Death Note – Complete Series and OVA Collection (Cert 15)
6 discs Blu-ray (Distributor: Manga Entertainment) Running time: 845 minutes approx.
I must open this review by admitting it might seem a little biased as Death Note is my favourite anime and manga of all time; however it has been close to a decade since I last watched it, so this new Blu-ray release has given me the opportunity to reappraise it through a relatively fresh pair of eyes.
Created by Tsugumi Ohba and Takeshi Obata in 2003, this anime adaptation from studio Madhouse arrived in late 2006, just months after the final manga volume had been published. Despite passing similarities to a 1973 one-off strip The Miraculous Notebook by Shigeru Mizuki, this psychological and supernatural crime thriller caught on quickly and a new franchise was born.
Quickly becoming a global phenomenon through its chimerical concept, iconic characters and copycat controversies, Death Note should need little introduction to any self-respecting anime fan, but for an uninitiated readers I shall indulge you with a brief (as such as it can be) recap of the central plot.
Told over a six-year period, a brilliant and bored high school student Light Yagami discovers a black notebook on the school grounds and, curiosity getting the better of him, takes it home. Complete with instructions of the notebook’s apparent power to kill humans, light decides to demonstrate it on a criminal shown on the TV news. True enough the man dies as per the instructions and Light’s interest is fully piqued.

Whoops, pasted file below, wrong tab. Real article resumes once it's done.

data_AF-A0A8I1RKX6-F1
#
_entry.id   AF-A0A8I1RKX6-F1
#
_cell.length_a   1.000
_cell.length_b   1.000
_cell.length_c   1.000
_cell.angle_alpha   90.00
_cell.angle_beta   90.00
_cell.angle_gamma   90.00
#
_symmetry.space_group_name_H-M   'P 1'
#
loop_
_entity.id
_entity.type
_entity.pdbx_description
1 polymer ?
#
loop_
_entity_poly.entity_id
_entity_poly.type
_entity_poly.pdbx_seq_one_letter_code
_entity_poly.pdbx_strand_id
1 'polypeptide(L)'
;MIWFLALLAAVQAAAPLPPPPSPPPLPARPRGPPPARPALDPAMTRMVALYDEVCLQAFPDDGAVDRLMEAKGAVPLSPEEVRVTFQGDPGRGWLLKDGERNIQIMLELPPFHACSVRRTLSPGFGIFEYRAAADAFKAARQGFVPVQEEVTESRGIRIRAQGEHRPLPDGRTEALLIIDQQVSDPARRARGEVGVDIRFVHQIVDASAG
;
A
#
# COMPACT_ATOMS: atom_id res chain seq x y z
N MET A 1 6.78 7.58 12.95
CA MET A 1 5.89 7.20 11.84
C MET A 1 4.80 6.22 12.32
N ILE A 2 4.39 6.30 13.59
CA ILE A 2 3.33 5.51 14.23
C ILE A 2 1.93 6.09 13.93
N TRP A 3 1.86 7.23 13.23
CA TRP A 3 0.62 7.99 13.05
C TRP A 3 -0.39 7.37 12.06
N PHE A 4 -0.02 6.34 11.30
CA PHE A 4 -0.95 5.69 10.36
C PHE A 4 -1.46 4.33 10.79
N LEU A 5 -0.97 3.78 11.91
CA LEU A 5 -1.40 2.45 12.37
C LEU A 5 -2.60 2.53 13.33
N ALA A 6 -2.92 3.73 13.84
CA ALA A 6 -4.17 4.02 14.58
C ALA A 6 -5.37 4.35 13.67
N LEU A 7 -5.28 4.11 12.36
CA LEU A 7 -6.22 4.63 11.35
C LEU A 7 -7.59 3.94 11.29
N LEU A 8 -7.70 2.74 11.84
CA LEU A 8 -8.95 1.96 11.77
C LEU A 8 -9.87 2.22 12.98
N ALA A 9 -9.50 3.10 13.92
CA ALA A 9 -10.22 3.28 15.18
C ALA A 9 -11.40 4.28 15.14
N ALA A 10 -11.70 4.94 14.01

Watched impassively by the Shinigami (death god) Ryuk, the grotesque otherworldly owner of the notebook, Light begins a crusade to wipe out evil in the world and create a peaceful existence for everyone. While this unique vigilante act creates a public anti-hero named Kira, it also attracts the attention of the police, Light’s own father being a high ranking police detective, and Interpol who enlist the aid of reclusive detective L to solve this mystery.
That may be the story in a nutshell but it is vastly more complex than that, its sinuous twists and turns, impressively crafted web of deceit, betrayal and moral ambiguity not to mention the intellectual game of cat and mouse between two superior masterminds, make this one of the most engaging and addictive stories ever told. And that barely touches the surface of Death Note’s appeal.
One of the stronger aspects of the story is how nothing is as black and white as it initially appears and in Light Yagami, we have a character who is a protagonist and antagonist – at one point both at the same time. This is down to the supernatural element pertaining to the rules and conditions of the notebook, all of which Light must decipher and employ to use if he wants to keep his identity as Kira hidden.
This becomes a problem when Light and L eventually work together to bring down Kira, but since L suspects Light IS Kira, both geniuses are forced to outthink each other, predicting their moves and reactions and adjusting their actions accordingly. Such focus on cerebral stratagems may lend itself to many lengthy internal monologues and prolix passages of intense calculations but the visual presentation compensates for this.